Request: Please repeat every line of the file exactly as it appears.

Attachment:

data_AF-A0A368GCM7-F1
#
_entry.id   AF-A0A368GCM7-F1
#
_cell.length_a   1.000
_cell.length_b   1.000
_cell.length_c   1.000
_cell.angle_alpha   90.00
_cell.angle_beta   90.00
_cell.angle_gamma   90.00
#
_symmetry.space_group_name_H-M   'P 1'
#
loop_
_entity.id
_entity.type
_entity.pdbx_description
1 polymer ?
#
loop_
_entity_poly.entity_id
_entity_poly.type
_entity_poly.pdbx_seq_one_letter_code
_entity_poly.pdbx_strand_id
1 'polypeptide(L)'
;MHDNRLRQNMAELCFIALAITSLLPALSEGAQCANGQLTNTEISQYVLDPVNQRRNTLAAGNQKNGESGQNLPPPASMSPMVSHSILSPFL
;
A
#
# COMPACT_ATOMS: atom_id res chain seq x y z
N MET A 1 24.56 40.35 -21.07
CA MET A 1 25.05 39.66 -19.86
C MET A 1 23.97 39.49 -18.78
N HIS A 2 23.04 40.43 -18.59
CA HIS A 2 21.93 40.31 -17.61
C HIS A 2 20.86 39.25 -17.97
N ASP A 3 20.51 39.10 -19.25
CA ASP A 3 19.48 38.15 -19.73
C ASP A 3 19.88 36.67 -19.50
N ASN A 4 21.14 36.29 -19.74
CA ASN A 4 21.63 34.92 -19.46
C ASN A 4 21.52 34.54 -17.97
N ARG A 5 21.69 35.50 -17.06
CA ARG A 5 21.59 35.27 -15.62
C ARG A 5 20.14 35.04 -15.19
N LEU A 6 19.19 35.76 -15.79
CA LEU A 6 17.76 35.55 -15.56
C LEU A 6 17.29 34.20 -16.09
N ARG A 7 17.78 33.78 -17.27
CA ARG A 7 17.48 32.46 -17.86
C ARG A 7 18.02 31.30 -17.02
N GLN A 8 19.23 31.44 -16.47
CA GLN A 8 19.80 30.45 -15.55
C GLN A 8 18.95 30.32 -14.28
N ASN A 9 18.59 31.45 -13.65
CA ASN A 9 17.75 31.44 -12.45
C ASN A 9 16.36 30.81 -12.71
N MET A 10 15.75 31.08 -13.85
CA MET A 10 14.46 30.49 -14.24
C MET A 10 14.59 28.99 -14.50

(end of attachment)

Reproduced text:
data_AF-A0A368GCM7-F1
#
_entry.id   AF-A0A368GCM7-F1
#
_cell.length_a   1.000
_cell.length_b   1.000
_cell.length_c   1.000
_cell.angle_alpha   90.00
_cell.angle_beta   90.00
_cell.angle_gamma   90.00
#
_symmetry.space_group_name_H-M   'P 1'
#
loop_
_entity.id
_entity.type
_entity.pdbx_description
1 polymer ?
#
loop_
_entity_poly.entity_id
_entity_poly.type
_entity_poly.pdbx_seq_one_letter_code
_entity_poly.pdbx_strand_id
1 'polypeptide(L)'
;MHDNRLRQNMAELCFIALAITSLLPALSEGAQCANGQLTNTEISQYVLDPVNQRRNTLAAGNQKNGESGQNLPPPASMSPMVSHSILSPFL
;
A
#
# COMPACT_ATOMS: atom_id res chain seq x y z
N MET A 1 24.56 40.35 -21.07
CA MET A 1 25.05 39.66 -19.86
C MET A 1 23.97 39.49 -18.78
N HIS A 2 23.04 40.43 -18.59
CA HIS A 2 21.93 40.31 -17.61
C HIS A 2 20.86 39.25 -17.97
N ASP A 3 20.51 39.10 -19.25
CA ASP A 3 19.48 38.15 -19.73
C ASP A 3 19.88 36.67 -19.50
N ASN A 4 21.14 36.29 -19.74
CA ASN A 4 21.63 34.92 -19.46
C ASN A 4 21.52 34.54 -17.97
N ARG A 5 21.69 35.50 -17.06
CA ARG A 5 21.59 35.27 -15.62
C ARG A 5 20.14 35.04 -15.19
N LEU A 6 19.19 35.76 -15.79
CA LEU A 6 17.76 35.55 -15.56
C LEU A 6 17.29 34.20 -16.09
N ARG A 7 17.78 33.78 -17.27
CA ARG A 7 17.48 32.46 -17.86
C ARG A 7 18.02 31.30 -17.02
N GLN A 8 19.23 31.44 -16.47
CA GLN A 8 19.80 30.45 -15.55
C GLN A 8 18.95 30.32 -14.28
N ASN A 9 18.59 31.45 -13.65
CA ASN A 9 17.75 31.44 -12.45
C ASN A 9 16.36 30.81 -12.71
N MET A 10 15.75 31.08 -13.85
CA MET A 10 14.46 30.49 -14.24
C MET A 10 14.59 28.99 -14.50